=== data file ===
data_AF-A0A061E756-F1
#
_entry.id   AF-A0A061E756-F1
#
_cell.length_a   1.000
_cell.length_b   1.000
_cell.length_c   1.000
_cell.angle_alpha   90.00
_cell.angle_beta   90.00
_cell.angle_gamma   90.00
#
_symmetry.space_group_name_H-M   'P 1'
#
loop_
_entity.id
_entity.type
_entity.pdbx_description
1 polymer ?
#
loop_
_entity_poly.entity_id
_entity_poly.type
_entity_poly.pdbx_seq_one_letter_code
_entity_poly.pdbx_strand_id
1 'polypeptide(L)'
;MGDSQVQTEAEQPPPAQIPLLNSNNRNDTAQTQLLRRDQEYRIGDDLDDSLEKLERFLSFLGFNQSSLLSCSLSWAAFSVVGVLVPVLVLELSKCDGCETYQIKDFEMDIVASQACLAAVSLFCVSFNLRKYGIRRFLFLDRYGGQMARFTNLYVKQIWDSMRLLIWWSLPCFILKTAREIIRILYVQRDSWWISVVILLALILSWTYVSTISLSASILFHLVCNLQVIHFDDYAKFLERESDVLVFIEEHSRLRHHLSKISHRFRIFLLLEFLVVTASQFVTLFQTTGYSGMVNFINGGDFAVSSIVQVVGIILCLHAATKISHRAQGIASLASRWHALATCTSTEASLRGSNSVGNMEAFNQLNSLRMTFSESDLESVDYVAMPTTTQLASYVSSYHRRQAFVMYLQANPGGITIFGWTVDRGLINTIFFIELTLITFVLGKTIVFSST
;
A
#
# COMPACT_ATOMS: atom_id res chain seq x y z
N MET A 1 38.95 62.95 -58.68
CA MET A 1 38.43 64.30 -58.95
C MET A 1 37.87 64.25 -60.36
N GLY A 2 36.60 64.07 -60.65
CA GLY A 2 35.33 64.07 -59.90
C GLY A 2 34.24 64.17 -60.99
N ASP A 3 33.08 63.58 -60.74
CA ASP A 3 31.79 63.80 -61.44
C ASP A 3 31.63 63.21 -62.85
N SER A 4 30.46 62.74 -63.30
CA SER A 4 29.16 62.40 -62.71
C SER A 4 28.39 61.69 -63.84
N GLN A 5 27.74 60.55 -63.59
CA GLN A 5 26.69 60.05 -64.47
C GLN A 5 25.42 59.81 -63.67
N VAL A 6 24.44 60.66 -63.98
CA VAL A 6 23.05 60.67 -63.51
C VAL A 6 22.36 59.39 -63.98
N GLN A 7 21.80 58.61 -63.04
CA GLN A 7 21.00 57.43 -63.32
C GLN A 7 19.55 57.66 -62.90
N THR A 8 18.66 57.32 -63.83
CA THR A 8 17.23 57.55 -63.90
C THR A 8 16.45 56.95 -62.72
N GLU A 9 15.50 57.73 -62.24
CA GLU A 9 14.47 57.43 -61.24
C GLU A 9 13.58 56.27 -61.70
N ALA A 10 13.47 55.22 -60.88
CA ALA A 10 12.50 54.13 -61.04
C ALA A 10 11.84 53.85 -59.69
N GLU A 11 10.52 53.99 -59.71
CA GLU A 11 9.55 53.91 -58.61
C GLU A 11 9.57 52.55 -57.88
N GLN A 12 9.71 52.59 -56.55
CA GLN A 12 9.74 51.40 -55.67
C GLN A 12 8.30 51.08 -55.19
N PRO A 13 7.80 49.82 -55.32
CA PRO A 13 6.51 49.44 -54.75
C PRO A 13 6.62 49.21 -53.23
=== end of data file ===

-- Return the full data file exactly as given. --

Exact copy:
data_AF-A0A061E756-F1
#
_entry.id   AF-A0A061E756-F1
#
_cell.length_a   1.000
_cell.length_b   1.000
_cell.length_c   1.000
_cell.angle_alpha   90.00
_cell.angle_beta   90.00
_cell.angle_gamma   90.00
#
_symmetry.space_group_name_H-M   'P 1'
#
loop_
_entity.id
_entity.type
_entity.pdbx_description
1 polymer ?
#
loop_
_entity_poly.entity_id
_entity_poly.type
_entity_poly.pdbx_seq_one_letter_code
_entity_poly.pdbx_strand_id
1 'polypeptide(L)'
;MGDSQVQTEAEQPPPAQIPLLNSNNRNDTAQTQLLRRDQEYRIGDDLDDSLEKLERFLSFLGFNQSSLLSCSLSWAAFSVVGVLVPVLVLELSKCDGCETYQIKDFEMDIVASQACLAAVSLFCVSFNLRKYGIRRFLFLDRYGGQMARFTNLYVKQIWDSMRLLIWWSLPCFILKTAREIIRILYVQRDSWWISVVILLALILSWTYVSTISLSASILFHLVCNLQVIHFDDYAKFLERESDVLVFIEEHSRLRHHLSKISHRFRIFLLLEFLVVTASQFVTLFQTTGYSGMVNFINGGDFAVSSIVQVVGIILCLHAATKISHRAQGIASLASRWHALATCTSTEASLRGSNSVGNMEAFNQLNSLRMTFSESDLESVDYVAMPTTTQLASYVSSYHRRQAFVMYLQANPGGITIFGWTVDRGLINTIFFIELTLITFVLGKTIVFSST
;
A
#
# COMPACT_ATOMS: atom_id res chain seq x y z
N MET A 1 38.95 62.95 -58.68
CA MET A 1 38.43 64.30 -58.95
C MET A 1 37.87 64.25 -60.36
N GLY A 2 36.60 64.07 -60.65
CA GLY A 2 35.33 64.07 -59.90
C GLY A 2 34.24 64.17 -60.99
N ASP A 3 33.08 63.58 -60.74
CA ASP A 3 31.79 63.80 -61.44
C ASP A 3 31.63 63.21 -62.85
N SER A 4 30.46 62.74 -63.30
CA SER A 4 29.16 62.40 -62.71
C SER A 4 28.39 61.69 -63.84
N GLN A 5 27.74 60.55 -63.59
CA GLN A 5 26.69 60.05 -64.47
C GLN A 5 25.42 59.81 -63.67
N VAL A 6 24.44 60.66 -63.98
CA VAL A 6 23.05 60.67 -63.51
C VAL A 6 22.36 59.39 -63.98
N GLN A 7 21.80 58.61 -63.04
CA GLN A 7 21.00 57.43 -63.32
C GLN A 7 19.55 57.66 -62.90
N THR A 8 18.66 57.32 -63.83
CA THR A 8 17.23 57.55 -63.90
C THR A 8 16.45 56.95 -62.72
N GLU A 9 15.50 57.73 -62.24
CA GLU A 9 14.47 57.43 -61.24
C GLU A 9 13.58 56.27 -61.70
N ALA A 10 13.47 55.22 -60.88
CA ALA A 10 12.50 54.13 -61.04
C ALA A 10 11.84 53.85 -59.69
N GLU A 11 10.52 53.99 -59.71
CA GLU A 11 9.55 53.91 -58.61
C GLU A 11 9.57 52.55 -57.88
N GLN A 12 9.71 52.59 -56.55
CA GLN A 12 9.74 51.40 -55.67
C GLN A 12 8.30 51.08 -55.19
N PRO A 13 7.80 49.82 -55.32
CA PRO A 13 6.51 49.44 -54.75
C PRO A 13 6.62 49.21 -53.23